Celtic rope image
Theresa Breslin

The Medici Seal

Extract from Chapter 7

My heart.

Seeming too large for the space beneath my ribs. Thudding so noisily that I thought my master walking just behind me, following the light of the lantern I held up to show our way, must hear it.

‘Halt here, boy.’ He spoke softly, took the lantern from me and raised it to the street name painted on the wall. ‘Street of Souls,’ he murmured. ‘Yes, this is the place.’

He kept the lantern and went into the alleyway.

And I was left to hasten after him. Glancing around fearfully. Walking down the narrow street, he lifted the light high, and the darkness dispersed. But the shadows scrolled in once more as we passed, creeping at our heels, bringing the spectres who hover in the night to pounce on the unwary.

I made the gesture used by the gypsies to keep away evil, and then, as I caught the amused glance of the Maestro, I fumbled the sign of the cross on my forehead, breast and shoulders. He laughed out loud at me then, but not unkindly.

‘Keep your magic signs to ward off the dangers of this world, Matteo. The harm that men do to each other in battle is more wicked than any the spirits can offer.’

We came to a door set in a wall. Unmarked but not unknown. The mortuary door of the hospital of the city of Averno.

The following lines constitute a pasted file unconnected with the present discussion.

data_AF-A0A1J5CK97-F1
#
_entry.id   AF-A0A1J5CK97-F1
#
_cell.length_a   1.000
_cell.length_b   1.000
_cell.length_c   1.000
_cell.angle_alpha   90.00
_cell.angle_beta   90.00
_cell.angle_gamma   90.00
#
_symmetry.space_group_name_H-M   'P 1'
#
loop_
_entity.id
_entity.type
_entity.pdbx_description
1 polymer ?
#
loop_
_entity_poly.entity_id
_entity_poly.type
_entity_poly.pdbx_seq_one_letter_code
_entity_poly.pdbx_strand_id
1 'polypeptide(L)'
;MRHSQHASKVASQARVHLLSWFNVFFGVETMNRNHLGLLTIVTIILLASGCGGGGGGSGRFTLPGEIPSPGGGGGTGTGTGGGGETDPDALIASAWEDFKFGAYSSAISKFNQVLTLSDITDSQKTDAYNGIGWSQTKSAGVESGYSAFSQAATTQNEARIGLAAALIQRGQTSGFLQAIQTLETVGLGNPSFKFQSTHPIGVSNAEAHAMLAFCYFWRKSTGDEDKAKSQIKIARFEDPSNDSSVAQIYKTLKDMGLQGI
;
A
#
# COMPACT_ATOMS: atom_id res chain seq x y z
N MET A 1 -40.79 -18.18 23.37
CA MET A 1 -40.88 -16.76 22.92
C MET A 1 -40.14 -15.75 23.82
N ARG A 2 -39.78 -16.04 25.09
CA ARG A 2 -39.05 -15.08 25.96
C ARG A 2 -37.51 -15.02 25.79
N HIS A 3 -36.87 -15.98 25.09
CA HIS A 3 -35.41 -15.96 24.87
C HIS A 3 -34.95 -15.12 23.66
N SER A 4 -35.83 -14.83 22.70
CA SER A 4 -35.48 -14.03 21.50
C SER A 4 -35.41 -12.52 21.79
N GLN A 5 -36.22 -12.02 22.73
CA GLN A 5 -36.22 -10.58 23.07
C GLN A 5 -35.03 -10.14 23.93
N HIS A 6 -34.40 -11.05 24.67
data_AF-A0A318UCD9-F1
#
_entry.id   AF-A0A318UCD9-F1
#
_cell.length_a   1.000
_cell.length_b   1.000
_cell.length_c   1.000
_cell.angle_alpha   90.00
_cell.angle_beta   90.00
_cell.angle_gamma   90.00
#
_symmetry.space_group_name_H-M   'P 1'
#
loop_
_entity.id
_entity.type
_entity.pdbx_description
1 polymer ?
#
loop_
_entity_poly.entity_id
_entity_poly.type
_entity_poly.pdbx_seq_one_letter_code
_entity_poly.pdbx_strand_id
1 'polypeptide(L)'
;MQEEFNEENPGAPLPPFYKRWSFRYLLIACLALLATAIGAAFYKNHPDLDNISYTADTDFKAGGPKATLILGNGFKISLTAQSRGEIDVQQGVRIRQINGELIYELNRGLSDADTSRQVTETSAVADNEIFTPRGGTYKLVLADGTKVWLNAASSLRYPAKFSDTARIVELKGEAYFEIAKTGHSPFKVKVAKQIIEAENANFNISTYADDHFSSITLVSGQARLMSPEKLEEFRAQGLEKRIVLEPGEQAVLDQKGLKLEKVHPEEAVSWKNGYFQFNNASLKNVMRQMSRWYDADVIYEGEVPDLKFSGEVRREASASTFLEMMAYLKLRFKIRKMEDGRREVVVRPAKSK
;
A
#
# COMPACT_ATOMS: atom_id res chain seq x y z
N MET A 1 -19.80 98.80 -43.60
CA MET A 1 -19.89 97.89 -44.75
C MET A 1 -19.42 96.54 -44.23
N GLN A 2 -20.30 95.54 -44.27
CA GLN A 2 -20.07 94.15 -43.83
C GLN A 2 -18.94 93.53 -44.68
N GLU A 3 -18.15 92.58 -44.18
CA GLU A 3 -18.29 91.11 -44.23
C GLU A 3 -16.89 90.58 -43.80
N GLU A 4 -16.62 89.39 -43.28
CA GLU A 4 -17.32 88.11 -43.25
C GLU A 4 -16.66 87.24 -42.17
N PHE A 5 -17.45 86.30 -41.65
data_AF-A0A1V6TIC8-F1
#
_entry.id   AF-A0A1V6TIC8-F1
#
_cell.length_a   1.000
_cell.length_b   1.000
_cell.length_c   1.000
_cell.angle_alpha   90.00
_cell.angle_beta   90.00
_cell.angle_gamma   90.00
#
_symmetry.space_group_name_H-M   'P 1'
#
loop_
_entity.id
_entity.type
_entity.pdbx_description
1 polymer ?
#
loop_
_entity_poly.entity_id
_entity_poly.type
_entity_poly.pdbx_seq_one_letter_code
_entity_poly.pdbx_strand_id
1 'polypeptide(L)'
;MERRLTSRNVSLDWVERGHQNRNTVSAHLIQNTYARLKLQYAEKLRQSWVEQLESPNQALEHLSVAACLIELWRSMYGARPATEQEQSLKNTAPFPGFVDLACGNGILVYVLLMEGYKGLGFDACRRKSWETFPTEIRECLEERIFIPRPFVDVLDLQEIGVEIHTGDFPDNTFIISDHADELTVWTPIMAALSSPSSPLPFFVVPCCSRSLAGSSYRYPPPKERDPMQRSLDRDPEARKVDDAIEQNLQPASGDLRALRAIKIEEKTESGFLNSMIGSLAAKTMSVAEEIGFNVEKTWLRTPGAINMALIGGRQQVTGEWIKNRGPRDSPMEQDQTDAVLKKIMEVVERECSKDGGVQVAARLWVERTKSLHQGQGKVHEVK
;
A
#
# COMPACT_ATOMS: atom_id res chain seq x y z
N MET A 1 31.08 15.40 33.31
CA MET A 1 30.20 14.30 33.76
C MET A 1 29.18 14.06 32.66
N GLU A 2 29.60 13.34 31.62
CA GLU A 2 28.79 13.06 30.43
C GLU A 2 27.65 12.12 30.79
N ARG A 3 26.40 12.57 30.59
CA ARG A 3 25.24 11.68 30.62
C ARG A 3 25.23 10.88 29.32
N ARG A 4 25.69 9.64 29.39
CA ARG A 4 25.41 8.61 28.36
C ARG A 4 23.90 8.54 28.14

‘Hold the satchel, Matteo.’ He handed me the large bag that contained his working tools, his papers, parchments and chalks.

I’d only been with his household a short time but I knew that this was an honour. I put the strap around my shoulder and clasped the heavy leather bag carefully in both hands.

He positioned the lamp so that it would shine on his own face. Then he knocked on the door. We waited. At this time of night the porter would be asleep or drunk at his post. After sunset no one came to collect their dead.

The Maestro raised his fist and pounded on the door. Minutes elapsed. Then the grille slid back. A bad-tempered face regarded us.

‘I have permission from the magistrate to examine the bodies of the dead.’ The Maestro took the order from the inner fold of his sleeve. He held it up.

‘You are?’ Through the grille the porter spoke in the superior way of men of little authority.

‘Leonardo, engineer, and . . . painter. From the place known as Vinci.’

‘Vinci? Never heard of it.’

‘I also carry another pass’ – the Maestro spoke quietly – ‘which allows me free entry to wherever I choose. It has the personal seal of the Borgia on it.’

The man recoiled.

‘Il Valentino,’ the Maestro continued, without changing the expression on his face, ‘Cesare Borgia – you may have heard of him?’ He placed a caress rather than an emphasis on the last word of the sentence.

The mortuary attendant had the door open before the Maestro drew another breath. He bent so low that his brow almost touched the cobbles.

As we passed through the Maestro winked at me.
My heart lifted. For to begin with, in those first weeks of being his servant, I was not always sure of his mood. Was not familiar with his deep periods of reflection, when he hardly spoke or ate or slept. Had not yet become accustomed to his intensities and preoccupations.


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